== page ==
FORM INTERROGATORIES

Printed or 'canned' sets of questions that one party in a lawsuit asks an opposing party. Form interratories cover the issues commonly encountered in the kind o... (more...)
Printed or 'canned' sets of questions that one party in a lawsuit asks an opposing party. Form interratories cover the issues commonly encountered in the kind of lawsuit at hand. For example, lawyers' form books have sets of interrogatories designed for contract disputes, landlord-tenant cases and many others. Form interrogatories are often supplemented by questions written by the lawyers and designed for the particular issues in the case.

FAILURE OF CONSIDERATION

The refusal or inability of a contracting party to perform its side of a bargain.

SUBSTITUTED SERVICE

A method for the formal delivery of court papers that takes the place of personal service. Personal service means that the papers are placed directly into the h... (more...)
A method for the formal delivery of court papers that takes the place of personal service. Personal service means that the papers are placed directly into the hands of the person to be served. Substituted service, on the other hand, may be accomplished by leaving the documents with a designated agent, with another adult in the recipient's home, with the recipient's manager at work or by posting a notice in a prominent place and then using certified mail to send copies of the documents to the recipient.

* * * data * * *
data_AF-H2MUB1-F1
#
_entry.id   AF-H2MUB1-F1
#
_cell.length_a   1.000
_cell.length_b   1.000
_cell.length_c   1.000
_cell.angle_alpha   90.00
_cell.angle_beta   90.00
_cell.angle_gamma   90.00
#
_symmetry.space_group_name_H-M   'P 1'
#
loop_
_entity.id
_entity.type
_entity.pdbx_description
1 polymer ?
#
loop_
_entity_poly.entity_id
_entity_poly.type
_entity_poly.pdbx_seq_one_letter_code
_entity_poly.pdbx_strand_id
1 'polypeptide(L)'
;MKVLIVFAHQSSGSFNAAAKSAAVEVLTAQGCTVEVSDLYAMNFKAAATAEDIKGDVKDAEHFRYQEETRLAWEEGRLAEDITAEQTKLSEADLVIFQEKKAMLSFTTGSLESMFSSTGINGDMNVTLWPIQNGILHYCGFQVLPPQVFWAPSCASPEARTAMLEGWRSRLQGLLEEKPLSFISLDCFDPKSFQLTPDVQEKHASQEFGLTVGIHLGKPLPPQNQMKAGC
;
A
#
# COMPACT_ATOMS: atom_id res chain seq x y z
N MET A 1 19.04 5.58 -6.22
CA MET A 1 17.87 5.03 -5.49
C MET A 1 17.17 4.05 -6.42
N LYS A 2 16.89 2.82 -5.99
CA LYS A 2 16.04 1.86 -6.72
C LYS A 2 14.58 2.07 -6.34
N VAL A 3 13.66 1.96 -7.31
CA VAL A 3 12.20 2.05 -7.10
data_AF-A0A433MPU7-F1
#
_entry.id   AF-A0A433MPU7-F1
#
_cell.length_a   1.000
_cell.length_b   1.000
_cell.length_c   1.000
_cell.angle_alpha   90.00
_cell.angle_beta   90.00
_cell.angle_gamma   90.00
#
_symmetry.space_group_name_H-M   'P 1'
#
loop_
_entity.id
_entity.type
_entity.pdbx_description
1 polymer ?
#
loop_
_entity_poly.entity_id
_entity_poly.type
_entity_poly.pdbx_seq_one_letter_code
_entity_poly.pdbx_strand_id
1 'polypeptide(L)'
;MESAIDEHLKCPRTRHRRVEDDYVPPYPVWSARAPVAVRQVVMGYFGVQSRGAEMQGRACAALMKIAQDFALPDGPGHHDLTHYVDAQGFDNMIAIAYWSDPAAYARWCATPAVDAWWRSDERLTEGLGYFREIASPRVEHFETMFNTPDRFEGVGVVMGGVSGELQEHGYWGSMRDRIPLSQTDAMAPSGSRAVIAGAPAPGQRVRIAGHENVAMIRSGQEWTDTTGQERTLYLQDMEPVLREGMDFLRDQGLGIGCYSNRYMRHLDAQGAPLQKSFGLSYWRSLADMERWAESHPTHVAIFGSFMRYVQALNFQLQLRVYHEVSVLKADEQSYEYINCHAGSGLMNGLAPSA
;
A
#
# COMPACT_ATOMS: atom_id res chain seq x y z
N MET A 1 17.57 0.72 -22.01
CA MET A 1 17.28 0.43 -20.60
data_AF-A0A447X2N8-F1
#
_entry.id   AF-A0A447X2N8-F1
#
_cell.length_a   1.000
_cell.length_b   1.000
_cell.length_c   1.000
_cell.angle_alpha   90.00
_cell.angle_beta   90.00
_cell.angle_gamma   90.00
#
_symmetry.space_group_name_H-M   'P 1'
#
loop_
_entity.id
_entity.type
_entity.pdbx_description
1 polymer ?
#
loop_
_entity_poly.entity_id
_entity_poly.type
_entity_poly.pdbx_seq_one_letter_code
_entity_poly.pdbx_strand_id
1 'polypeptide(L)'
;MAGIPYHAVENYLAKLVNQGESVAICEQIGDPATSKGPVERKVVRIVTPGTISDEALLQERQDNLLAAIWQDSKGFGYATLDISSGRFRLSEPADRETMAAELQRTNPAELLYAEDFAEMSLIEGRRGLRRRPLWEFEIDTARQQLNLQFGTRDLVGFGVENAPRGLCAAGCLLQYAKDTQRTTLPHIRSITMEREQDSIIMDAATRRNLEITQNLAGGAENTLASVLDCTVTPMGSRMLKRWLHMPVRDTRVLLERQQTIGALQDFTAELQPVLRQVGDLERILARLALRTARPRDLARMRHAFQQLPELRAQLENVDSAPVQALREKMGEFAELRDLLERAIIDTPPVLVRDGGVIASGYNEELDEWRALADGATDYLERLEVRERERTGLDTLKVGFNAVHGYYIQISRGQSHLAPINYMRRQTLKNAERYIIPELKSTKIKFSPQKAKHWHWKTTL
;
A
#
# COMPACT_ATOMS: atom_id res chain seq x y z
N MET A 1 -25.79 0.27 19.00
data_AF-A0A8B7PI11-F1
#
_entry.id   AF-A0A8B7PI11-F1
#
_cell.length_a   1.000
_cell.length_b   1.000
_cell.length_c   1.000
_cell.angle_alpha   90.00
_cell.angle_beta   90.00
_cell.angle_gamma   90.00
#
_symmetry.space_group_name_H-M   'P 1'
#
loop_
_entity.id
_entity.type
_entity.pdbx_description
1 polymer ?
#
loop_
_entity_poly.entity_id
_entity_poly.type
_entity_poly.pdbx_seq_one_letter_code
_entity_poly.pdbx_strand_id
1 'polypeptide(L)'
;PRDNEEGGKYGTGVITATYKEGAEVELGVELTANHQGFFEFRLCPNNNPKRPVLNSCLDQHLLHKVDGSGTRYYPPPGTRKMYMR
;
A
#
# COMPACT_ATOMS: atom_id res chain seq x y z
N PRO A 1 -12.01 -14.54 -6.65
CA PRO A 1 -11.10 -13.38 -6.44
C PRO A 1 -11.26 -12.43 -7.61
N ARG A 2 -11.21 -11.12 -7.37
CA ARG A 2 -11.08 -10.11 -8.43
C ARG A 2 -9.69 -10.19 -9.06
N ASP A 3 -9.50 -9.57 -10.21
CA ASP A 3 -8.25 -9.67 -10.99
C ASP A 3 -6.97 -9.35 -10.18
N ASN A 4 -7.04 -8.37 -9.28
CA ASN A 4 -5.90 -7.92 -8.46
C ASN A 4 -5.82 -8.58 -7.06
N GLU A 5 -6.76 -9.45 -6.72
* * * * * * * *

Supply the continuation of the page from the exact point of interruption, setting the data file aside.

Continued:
SAMPLE LEGAL CASES

City and County of San Francisco v. Coyne

... Martin J. Coyne (Coyne) and Brian Murphy O'Flynn (O'Flynn) are former owners of a parcel of undeveloped property located on Lombard Street in San Francisco that was acquired by respondent City and County of San Francisco (CCSF) in an eminent domain proceeding. ...

Murphy v. Burch

... Given the distinctive nature and history of federal land grants and the government's power of eminent domain, we hold that extreme caution must be exercised in determining whether an access easement arises by implication when common ownership is traced back to a federal ...

SAN JOAQUIN LOCAL AGENCY FORMATION COMM v. Superior Court

... The District's plan included the acquisition of PG & E's existing distribution facilities either through purchase or eminent domain. PG & E opposed the District's plan. ... Nonetheless, several speakers addressed the issue of eminent domain. ...